Thursday, May 10
Ideas, not Ornament: The Essence of the Baroque
"...of the Cornaro Chapel there Bernini exceeded even the talents of Michelangelo, for although Michelangelo had been supreme in painting, sculpture and architecture, Bernini was the first to combine all three in one work, creating a bel composto or beautiful synthesis. In so doing, he fused the arts into a statement that crossed space and indeed time, drawing the spectator [...] into a perpetual re-enactment of the mystical union of the soul with God.
"Bernini's achievement was not, as sometimes been said, a mere flouting of the rules, but rather the fruit of a long period of experimentation with the problems of drepresenting the miraculous while maintaining the distinction between truth and fiction. [...] In an affectation of modesty, Bernini describes the Cornaro Chapel as the 'least bad' of his works; it has long been seen as the definitive statement of his approach to art. What makes the chapel so stimlating and inexhaustible is its use of visual metaphors. It may be worth recalling the definition of metaphor given by the Aristotelian scholar Emanuele Tesauro in 1655: 'A metaphor packs tightly all objects into one word and makes you see them one inside the other in an almost miraculous way, and your delight is the greater because it is a more curious and pleasant thing to watch many objects from a perspective angle than if the originals themselves were to pass successively before your eyes.' [...]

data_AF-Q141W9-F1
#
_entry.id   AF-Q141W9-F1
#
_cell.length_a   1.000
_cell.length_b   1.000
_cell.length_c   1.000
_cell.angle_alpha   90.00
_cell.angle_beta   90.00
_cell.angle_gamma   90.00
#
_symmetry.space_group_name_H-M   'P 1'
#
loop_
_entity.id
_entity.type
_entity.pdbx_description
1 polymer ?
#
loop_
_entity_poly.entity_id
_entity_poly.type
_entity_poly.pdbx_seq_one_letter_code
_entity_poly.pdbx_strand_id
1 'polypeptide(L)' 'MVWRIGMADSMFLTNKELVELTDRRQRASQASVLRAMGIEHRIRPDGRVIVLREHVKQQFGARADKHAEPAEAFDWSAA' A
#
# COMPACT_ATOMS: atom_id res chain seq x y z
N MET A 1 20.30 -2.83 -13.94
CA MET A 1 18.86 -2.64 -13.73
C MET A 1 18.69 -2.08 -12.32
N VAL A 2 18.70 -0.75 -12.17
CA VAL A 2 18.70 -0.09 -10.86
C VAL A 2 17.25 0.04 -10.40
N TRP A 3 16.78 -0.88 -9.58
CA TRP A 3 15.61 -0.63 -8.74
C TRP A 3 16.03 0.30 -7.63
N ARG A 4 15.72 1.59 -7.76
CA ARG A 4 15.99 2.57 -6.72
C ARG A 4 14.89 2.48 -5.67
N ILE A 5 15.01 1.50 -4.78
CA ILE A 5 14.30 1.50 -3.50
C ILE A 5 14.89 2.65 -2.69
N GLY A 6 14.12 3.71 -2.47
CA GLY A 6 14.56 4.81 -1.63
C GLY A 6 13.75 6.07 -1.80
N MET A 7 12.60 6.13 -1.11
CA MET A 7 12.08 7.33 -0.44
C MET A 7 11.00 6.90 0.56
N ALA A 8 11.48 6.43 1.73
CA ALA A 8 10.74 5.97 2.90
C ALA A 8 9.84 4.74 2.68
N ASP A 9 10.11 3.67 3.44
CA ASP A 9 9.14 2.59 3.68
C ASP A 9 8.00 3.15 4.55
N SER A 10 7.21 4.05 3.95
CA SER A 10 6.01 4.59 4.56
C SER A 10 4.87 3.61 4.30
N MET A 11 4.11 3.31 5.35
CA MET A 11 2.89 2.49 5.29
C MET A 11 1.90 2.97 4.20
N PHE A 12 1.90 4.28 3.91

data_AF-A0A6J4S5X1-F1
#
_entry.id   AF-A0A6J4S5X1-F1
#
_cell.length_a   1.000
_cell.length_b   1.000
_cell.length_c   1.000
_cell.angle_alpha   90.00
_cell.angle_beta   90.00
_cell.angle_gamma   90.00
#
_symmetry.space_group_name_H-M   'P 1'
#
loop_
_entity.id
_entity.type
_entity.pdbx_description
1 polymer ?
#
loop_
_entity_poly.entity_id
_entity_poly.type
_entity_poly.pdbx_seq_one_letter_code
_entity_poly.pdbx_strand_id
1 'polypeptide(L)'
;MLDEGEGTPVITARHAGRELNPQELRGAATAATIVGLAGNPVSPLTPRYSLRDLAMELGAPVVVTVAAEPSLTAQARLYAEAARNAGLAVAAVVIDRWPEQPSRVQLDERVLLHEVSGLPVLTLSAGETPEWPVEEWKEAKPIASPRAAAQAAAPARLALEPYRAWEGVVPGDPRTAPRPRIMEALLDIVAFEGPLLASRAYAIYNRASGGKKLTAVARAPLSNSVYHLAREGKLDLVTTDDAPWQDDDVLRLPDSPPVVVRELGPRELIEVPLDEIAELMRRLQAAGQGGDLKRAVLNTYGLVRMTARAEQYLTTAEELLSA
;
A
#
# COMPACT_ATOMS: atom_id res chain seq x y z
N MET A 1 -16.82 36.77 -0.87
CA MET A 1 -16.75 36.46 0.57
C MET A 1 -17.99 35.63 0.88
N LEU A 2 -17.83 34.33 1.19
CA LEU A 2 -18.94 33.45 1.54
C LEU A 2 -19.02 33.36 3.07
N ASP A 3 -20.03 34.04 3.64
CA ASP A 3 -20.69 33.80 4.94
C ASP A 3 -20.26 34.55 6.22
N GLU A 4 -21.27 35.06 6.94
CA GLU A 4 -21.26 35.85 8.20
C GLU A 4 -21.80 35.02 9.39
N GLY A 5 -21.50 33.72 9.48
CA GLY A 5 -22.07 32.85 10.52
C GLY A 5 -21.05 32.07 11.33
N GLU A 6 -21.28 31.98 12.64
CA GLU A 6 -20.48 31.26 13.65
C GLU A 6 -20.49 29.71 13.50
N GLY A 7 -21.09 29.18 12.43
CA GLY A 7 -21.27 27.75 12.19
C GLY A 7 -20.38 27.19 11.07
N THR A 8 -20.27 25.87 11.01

"The lighting of the chapel was dimmer then [when first built], with the principle source coming from a window in the wall above the altar, while a smaller, secondary source filtered through yellow-tinted glass in the lantern above the sculpture of St. Teresa and the angel, making the chapel an illusionary experience. The vault [...] depicts light emanating from the dove of the Holy Spirit and descending through clouds to illuminate the scene below. This light melts into stucco clouds, casting a shadow on the mouldings and appearing to enter our own space. [...] Below, in the main body of the chapel, the marble figures emerge like phantasms, an effect heightened by Bernini's creation of a special alcove to house the central sculpture [...] [placing] St. Teresa's mystical experience in a realm beyond the confines of the chapel itself. The impact is cumulative because all the elements are employed to reinforce one another, thereby conveying what could be described as an irrational experience presented in a rational manner. [...]
" The most remarkable feature of the chapel is the altarpiece itself. The walls of the church aprt to disclose the saint and an angel levatating before our eyes. [...] 'The transverberation [of St. Teresa] becomes the point of contact between earth and heaven, between matter and spirit.' This is evident in the juxtaposition of the saint and the angel which constitutes a miniature bel composto in itself."
~Bruce Boucher, Italian Baroque Sculpture, 1998.